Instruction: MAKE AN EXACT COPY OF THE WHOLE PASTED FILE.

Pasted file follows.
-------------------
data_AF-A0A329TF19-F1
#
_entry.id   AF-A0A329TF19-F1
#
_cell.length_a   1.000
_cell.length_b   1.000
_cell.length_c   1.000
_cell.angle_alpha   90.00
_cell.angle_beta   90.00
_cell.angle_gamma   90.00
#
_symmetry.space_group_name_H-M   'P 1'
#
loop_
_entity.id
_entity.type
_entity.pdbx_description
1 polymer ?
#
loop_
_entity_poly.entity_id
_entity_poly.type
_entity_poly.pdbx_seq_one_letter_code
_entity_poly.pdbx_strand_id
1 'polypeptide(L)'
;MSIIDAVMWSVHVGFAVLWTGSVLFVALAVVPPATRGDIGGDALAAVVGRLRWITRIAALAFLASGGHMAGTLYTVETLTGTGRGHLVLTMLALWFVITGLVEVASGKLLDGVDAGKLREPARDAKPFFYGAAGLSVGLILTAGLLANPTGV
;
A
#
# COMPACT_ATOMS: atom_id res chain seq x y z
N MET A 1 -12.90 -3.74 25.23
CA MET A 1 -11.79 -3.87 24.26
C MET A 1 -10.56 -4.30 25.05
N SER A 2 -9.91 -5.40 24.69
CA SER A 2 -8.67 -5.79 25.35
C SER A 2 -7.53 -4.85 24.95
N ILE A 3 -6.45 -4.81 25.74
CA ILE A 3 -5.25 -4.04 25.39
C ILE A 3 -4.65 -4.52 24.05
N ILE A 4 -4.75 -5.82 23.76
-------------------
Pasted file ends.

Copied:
data_AF-A0A329TF19-F1
#
_entry.id   AF-A0A329TF19-F1
#
_cell.length_a   1.000
_cell.length_b   1.000
_cell.length_c   1.000
_cell.angle_alpha   90.00
_cell.angle_beta   90.00
_cell.angle_gamma   90.00
#
_symmetry.space_group_name_H-M   'P 1'
#
loop_
_entity.id
_entity.type
_entity.pdbx_description
1 polymer ?
#
loop_
_entity_poly.entity_id
_entity_poly.type
_entity_poly.pdbx_seq_one_letter_code
_entity_poly.pdbx_strand_id
1 'polypeptide(L)'
;MSIIDAVMWSVHVGFAVLWTGSVLFVALAVVPPATRGDIGGDALAAVVGRLRWITRIAALAFLASGGHMAGTLYTVETLTGTGRGHLVLTMLALWFVITGLVEVASGKLLDGVDAGKLREPARDAKPFFYGAAGLSVGLILTAGLLANPTGV
;
A
#
# COMPACT_ATOMS: atom_id res chain seq x y z
N MET A 1 -12.90 -3.74 25.23
CA MET A 1 -11.79 -3.87 24.26
C MET A 1 -10.56 -4.30 25.05
N SER A 2 -9.91 -5.40 24.69
CA SER A 2 -8.67 -5.79 25.35
C SER A 2 -7.53 -4.85 24.95
N ILE A 3 -6.45 -4.81 25.74
CA ILE A 3 -5.25 -4.04 25.39
C ILE A 3 -4.65 -4.52 24.05
N ILE A 4 -4.75 -5.82 23.76